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For Immediate Release, September 10, 2013

Contact:  Michael Robinson, (575) 313-7017

Two Texas Plants Protected Under Endangered Species Act

1,500 Acres in East Texas Conserved as Critical Habitat

HOUSTON— The U.S. Fish and Wildlife Service protected two rare East Texas plants under the Endangered Species Act today. The Texas golden gladecress was designated as endangered and the Neches River rose mallow as threatened, a slightly less urgent category. The Service also designated 1,519.5 acres of protected critical habitat for the plants, in Cherokee, Harrison, Houston, Nacogdoches, Sabine, San Augustine and Trinity counties. The decisions to protect the plants and their habitats result from a landmark 2011 settlement with the Center for Biological Diversity to expedite federal protection decisions for 757 species across the country.

“These exquisite flowers grow only in a few special places, including the soggy oxbows along the Neches River, in Davy Crockett National Forest, and the rocky outcrops of shallow, alkaline soils in the pine woods,” said the Center’s Michael Robinson. “Endangered Species Act protection means that future generations will still have a chance to study and marvel at these unique plants.”

The Texas golden gladecress, with egg-shaped leaves and deep-yellow flowers, was granted 1,353 acres of critical habitat in four locales, primarily on privately owned land but including 21 acres of state and county rights-of-way along roads. In recent decades the gladecress has lost much of its habitat to quarries and other developments. In 2011 the largest population at the time, consisting of 721 individual plants (two-thirds of the known plants then), was completely obliterated through construction of a pipeline.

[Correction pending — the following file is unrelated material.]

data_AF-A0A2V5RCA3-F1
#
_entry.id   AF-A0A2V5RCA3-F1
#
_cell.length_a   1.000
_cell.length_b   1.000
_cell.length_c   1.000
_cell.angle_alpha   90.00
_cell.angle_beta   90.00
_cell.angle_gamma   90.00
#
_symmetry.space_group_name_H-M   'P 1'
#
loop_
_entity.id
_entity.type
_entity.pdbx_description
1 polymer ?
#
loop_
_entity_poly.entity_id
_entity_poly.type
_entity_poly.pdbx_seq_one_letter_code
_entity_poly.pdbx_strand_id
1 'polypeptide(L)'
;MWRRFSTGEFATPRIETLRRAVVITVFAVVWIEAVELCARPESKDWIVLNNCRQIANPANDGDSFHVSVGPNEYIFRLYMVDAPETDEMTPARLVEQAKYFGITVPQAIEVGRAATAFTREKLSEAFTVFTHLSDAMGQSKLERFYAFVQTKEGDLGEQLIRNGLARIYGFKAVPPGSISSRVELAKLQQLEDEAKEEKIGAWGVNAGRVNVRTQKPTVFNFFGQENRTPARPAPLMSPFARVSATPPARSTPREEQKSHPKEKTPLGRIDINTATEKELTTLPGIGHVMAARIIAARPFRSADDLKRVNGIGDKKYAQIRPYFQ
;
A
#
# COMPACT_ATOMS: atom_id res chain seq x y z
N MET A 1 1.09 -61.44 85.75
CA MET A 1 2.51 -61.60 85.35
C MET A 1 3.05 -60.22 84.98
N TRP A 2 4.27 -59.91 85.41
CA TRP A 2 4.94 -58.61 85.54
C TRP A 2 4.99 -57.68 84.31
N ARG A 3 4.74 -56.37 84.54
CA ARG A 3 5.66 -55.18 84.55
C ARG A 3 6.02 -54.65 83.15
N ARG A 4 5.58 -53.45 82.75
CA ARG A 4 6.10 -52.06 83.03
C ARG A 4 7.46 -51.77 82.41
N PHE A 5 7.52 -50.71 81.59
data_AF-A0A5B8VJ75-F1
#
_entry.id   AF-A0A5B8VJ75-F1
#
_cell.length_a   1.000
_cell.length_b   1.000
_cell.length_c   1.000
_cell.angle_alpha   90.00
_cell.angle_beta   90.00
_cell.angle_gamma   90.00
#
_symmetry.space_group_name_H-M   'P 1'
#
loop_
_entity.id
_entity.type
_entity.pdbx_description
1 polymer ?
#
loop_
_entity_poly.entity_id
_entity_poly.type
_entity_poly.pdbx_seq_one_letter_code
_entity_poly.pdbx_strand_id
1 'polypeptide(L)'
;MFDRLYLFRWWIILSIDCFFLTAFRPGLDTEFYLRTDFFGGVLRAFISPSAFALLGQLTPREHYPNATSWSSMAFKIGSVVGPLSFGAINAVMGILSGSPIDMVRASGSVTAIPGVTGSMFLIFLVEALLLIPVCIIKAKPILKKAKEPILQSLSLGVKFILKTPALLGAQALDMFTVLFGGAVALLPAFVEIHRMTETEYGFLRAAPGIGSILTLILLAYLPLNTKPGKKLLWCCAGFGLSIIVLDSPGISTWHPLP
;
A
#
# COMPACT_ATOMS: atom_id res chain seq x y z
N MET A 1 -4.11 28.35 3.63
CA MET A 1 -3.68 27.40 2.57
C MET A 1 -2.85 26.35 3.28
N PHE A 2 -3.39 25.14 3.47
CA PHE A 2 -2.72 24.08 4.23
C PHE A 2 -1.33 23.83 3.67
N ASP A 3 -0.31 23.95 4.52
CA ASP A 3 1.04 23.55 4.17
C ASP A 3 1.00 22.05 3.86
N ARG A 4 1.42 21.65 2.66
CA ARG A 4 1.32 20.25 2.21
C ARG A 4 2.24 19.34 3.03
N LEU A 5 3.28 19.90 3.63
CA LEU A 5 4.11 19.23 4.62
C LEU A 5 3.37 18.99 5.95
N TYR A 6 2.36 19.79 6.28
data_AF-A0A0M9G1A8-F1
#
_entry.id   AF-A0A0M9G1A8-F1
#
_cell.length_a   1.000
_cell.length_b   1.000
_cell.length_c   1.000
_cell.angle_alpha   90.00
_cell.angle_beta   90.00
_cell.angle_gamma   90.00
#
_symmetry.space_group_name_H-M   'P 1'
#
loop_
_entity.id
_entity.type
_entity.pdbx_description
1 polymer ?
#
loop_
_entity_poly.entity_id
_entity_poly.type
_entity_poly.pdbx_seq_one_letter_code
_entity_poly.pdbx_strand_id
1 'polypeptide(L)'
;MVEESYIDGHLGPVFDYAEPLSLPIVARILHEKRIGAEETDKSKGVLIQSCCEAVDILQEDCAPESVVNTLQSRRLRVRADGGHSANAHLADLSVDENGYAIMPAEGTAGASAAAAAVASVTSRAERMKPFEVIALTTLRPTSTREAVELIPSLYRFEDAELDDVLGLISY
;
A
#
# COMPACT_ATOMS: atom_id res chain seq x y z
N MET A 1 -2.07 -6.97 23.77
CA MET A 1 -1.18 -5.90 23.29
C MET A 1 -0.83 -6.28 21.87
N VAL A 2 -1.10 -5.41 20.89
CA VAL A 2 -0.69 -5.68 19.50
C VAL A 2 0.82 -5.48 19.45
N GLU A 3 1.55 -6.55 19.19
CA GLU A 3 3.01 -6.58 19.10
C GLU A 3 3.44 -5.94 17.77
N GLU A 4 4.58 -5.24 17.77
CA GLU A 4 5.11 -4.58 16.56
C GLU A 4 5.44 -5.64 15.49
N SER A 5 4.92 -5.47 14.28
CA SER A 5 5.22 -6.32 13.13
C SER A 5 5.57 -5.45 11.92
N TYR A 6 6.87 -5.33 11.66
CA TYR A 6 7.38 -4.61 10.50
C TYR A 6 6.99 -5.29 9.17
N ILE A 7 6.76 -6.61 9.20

The Neches River rose mallow’s creamy white (occasionally pink-tinged) flowers sway on stems several feet tall that grow in saturated soils. It was granted 166.5 acres of critical habitat in 11 locales, including 18 acres of state land along road rights-of-way, 47 acres on the Davy Crockett National Forest, and 95 acres owned by Stephen F. Austin State University, whose Mast Arboretum planted 96 Neches River rose mallows at Mill Creek Gardens in 1995 to help perpetuate the declining species. 

The Texas golden gladecress came to be endangered because of quarrying, oil and gas drilling and associated pipeline construction, nonnative plants and herbicides. The Neches River rose mallow is threatened because of the proliferation of nonnative species and application of herbicides, as well as because of road projects, changes to streambeds and hydrology, and drought that is increasing because of global warming. Both plants had been waiting for federal protection since 1997. The Center petitioned for protection of both species in 2004 and sued for their protections in 2006. 

In 2011 the Center and the Fish and Wildlife Service reached a settlement to speed protections for all the species on the candidate waiting list as of 2010, as well as a host of other species that had been petitioned for protection.

Texas golden gladecress, Leavenworthia Texana (Nacogdoches, Sabine and San Augustine counties): Texas golden gladecress is a weakly rooted, smooth and glossy winter annual (completes its life cycle in one year) in the mustard family. It grows up to 3.9 inches in height, making it difficult to find when it’s not flowering or fruiting. Flowers contain four gold-yellow petals that are slightly darker at their base. The Texas golden gladecress is a habitat specialist that grows only in open, sunny areas on shallow, crumbly, calcium-rich ironstone soils that are wet in winter and spring. It germinates after fall rains and flowers from February through March. 

Neches River rose mallow, Hibiscus dasycalyx (Cherokee, Harrison, Houston, Nacogdoches and Trinity counties): The Neches River rose mallow is a nonwoody perennial (growing year after year) in the mallow family. It reaches 1.9–7.5 feet tall but dies back to the ground every year and resprouts from the base, while still maintaining aboveground stems. It produces six or seven creamy white flowers generally between June and August, but sometimes only blooming for a day, and inhabits open, wet, low-lying areas within the Neches River basin and Mud and Tantabogue Creek basins including areas within the longleaf and loblolly pine forest. The rose mallow’s seeds flow downstream to colonize stream banks and form new plants.

The Center for Biological Diversity is a national, nonprofit conservation organization with more than 625,000 members and online activists dedicated to the protection of endangered species and wild places.

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